The chump test
On the face of it, the private cities measuer looks like a standard piece of Republican legislation. It would get the government out of the way and let private enterprise do its thing. You know, just like W and friends called off the regulators to let Wa
Look out. Our friends in the General Assembly have quietly plugged a few words into the Nov. 4 ballot to test voters. They want to know if we are still chumps.
The lawmakers’ words, if approved by voters, would allow private developers to take over the duties of the tax collector. Known as Amendment 3, the language allows private corporations to construct developments and then levy taxes to pay for services or whatever. The middleman, namely the elected government, would be left out of the equation.
Your friendly landlord would decide when and how much local taxes you pay and for what purpose. If an unscrupulous landlord gets into a financial jam, he could simply dream up a reason to jack up his tenants’ taxes to cover the debt. What a deal!
If voters adopt this amendment, it would mark the first time in history that Georgians allowed private interests to usurp the duties of elected officials and levy taxes.
The private cities measure has about as much business being on this year’s ballot as a skunk does in church.
I have sympathy for some lawmakers who worked so hard on the amendment.
Senate President Pro Tem Eric Johnson, R-Savannah, who is likely to run for lieutenant governor in a couple of years, is said to have toted so much water for the developers that he may have hurt his back.
On the face of it, the private cities measure looks like a standard piece of Republican legislation. It would get the government out of the way and let private enterprise do its thing. You know, just like W and friends called off the regulators to let Wall Street play football without referees with trillions of dollars of our money.
With the federal referees sidelined, the football game turned into a costly, anythinggoes brawl. So far, taxpayers have had to cough up a $750 billion welfare check to keep afloat some of the nation’s biggest banks. Hundreds of thousands of homes have been seized for foreclosure. Unemployment, partly due to the slump in construction, is rising. And, well, you know the rest …
The next president is liable to inherit a sick national economy, the likes of which we haven’t seen since 1929 when another anti- regulator, Herbert Hoover, told us not to worry.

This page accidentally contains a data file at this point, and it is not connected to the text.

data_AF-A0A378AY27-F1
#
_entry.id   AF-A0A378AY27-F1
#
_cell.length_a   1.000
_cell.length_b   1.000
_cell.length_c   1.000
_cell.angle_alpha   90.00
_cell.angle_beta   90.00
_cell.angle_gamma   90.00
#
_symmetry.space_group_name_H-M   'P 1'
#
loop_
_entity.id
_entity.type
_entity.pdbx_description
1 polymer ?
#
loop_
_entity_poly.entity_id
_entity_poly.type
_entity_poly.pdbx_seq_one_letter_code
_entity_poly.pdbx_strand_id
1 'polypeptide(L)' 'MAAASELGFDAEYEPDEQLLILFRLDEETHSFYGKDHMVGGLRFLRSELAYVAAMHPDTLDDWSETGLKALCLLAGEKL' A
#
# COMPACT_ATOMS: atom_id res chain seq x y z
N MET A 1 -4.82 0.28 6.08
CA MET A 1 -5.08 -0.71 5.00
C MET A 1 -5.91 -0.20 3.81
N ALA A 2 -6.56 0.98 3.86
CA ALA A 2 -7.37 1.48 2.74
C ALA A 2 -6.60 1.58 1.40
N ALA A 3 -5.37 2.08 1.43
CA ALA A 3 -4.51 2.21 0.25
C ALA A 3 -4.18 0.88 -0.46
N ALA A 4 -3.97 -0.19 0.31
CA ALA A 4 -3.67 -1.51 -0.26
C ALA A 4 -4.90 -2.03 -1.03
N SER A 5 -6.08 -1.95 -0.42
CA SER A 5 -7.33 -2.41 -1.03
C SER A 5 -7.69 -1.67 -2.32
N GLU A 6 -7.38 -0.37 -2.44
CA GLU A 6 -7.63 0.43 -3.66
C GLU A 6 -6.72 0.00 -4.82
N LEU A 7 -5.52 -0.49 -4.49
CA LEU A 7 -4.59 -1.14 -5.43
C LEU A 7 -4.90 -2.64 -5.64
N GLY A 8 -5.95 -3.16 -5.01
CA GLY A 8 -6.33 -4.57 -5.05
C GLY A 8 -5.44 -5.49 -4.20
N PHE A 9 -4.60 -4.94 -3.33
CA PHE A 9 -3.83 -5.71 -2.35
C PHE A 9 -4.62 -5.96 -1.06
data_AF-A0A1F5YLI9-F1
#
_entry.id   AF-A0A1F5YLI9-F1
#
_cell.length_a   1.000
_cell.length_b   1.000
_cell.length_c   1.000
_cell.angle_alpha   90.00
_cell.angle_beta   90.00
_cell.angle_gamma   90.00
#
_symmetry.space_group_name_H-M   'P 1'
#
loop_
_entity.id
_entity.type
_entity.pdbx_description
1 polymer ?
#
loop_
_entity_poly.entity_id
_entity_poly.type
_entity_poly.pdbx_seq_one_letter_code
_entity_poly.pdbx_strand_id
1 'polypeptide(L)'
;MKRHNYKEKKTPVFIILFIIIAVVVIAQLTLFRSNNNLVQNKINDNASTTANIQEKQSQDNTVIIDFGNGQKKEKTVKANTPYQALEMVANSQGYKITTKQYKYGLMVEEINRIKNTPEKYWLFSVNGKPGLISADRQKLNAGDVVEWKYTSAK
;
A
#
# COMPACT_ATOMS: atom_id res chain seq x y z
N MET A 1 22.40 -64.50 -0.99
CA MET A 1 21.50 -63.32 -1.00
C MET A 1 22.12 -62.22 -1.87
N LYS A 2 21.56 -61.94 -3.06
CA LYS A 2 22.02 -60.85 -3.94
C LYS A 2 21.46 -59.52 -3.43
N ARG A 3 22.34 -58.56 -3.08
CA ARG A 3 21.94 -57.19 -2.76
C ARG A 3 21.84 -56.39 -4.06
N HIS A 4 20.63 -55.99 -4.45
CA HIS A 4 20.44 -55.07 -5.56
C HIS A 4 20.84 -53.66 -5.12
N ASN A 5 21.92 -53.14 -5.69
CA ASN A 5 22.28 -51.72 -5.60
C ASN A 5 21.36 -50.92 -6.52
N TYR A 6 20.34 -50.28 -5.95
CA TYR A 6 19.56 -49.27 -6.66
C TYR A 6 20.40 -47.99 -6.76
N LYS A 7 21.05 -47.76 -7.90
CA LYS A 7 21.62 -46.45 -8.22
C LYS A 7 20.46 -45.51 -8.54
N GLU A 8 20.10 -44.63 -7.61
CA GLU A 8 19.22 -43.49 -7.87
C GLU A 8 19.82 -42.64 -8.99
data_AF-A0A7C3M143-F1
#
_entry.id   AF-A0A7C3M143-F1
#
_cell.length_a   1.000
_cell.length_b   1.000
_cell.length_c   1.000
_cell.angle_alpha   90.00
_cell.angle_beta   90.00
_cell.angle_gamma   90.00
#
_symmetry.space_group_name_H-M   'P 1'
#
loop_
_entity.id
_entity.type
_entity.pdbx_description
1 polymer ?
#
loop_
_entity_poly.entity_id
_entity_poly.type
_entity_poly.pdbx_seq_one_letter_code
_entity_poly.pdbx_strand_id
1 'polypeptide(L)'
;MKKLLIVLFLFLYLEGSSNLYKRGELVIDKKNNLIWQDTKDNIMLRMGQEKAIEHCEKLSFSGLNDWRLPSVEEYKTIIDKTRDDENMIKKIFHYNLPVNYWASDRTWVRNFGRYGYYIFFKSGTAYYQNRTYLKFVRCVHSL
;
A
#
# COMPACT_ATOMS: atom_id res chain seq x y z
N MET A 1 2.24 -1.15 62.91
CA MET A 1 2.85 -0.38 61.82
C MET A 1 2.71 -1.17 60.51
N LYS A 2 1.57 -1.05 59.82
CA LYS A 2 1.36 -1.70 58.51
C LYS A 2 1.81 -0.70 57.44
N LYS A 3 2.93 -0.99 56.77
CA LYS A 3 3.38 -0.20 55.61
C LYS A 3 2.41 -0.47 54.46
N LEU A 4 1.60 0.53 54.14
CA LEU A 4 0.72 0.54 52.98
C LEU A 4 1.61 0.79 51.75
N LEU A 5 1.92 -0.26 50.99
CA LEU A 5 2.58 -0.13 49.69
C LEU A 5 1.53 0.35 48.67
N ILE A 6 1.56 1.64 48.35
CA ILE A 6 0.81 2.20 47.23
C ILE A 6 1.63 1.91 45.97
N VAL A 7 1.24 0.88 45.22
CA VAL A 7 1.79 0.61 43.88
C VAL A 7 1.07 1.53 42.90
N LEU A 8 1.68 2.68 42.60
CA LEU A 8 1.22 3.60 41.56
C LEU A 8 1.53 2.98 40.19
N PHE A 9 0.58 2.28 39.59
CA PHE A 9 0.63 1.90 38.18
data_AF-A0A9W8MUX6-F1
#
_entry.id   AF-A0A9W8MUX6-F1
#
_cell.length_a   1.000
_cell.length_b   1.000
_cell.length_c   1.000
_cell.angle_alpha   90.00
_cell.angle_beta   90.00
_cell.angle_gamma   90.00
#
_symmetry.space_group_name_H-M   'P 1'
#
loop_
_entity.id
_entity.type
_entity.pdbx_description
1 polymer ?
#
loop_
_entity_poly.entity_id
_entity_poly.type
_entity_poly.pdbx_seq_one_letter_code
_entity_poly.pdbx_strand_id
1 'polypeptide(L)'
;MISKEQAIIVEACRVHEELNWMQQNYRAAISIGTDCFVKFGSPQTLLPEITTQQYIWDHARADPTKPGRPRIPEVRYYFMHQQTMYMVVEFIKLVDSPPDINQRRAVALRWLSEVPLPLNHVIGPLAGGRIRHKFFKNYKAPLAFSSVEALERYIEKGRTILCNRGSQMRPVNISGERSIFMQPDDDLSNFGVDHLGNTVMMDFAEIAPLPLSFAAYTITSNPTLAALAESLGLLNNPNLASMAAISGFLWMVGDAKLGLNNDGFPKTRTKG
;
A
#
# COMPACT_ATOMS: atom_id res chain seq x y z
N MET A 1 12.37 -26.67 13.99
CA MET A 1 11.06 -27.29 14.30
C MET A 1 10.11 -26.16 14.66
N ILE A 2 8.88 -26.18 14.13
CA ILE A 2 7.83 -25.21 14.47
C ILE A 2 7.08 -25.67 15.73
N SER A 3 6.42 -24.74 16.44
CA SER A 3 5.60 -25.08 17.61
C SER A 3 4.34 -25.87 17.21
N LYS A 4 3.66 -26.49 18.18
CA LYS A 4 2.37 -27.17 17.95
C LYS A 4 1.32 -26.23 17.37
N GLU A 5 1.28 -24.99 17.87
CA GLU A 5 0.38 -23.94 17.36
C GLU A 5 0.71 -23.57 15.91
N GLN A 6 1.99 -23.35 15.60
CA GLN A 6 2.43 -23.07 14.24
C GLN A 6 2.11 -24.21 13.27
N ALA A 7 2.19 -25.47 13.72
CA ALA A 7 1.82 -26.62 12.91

So here we are in 2008, our faces furrowed with worry, our savings in jeopardy, our children’s future cloudy — and what does the Peach State Legislature do?
Answer: What it usually does — make the wrong move at the wrong time.
With our financial institutions tottering around us and thousands of new homes standing empty, Georgia’s lawmakers want to let developers get to work on private districts with a Keep Out, Government! sign on the gates. They’ve got to be kidding. The private cities idea has been making the rounds in Georgia at least since 2005. Big-time Georgia lobbyist Ted Graham flew Sen. Johnson and several other legislators to Florida to view a private city for the elderly.
Known as the Villages, the private city near Leesburg, Fla., serves as home to about 57,000 geezers. The Villages is actually a series of community development tax districts that act as a single private city with the private power to issue bonds and collect taxes. The private developer serves as sort of a village king with powers that are a real monarch’s dream. Of course, the Florida guy wears a hard hat instead of a bejeweled crown and is beholden only to his bankers.
Our lawmakers were shown the Villages to introduce them to private cities so that enabling legislation for such enterprises could be introduced in Georgia.
That is how Amendment 3 came to be on the ballot this year, just as the bottom began falling out of Wall Street and the giant ATM in the sky jammed.
Oh, I forgot to tell you: Rep. Larry O’Neal, R-Perry, a close pal and legal counsel to Gov. Sonny Perdue, sponsored private cities legislation tailored for a development in Houston County.
You remember Larry, don’t you? He’s the guy who introduced special legislation that gave Gov. Perdue a hefty break on his taxes.
This Georgia private cities concept may finally involve Oaky Woods, a huge development adjacent to some of Sonny’s property in Houston County. We’ll tell you about that later. We don’t want you suffering information overload. We’ll keep the good stuff about Oaky Woods and Amendment 3 until we know the results of the legislators’ chump test for voters on Nov. 4.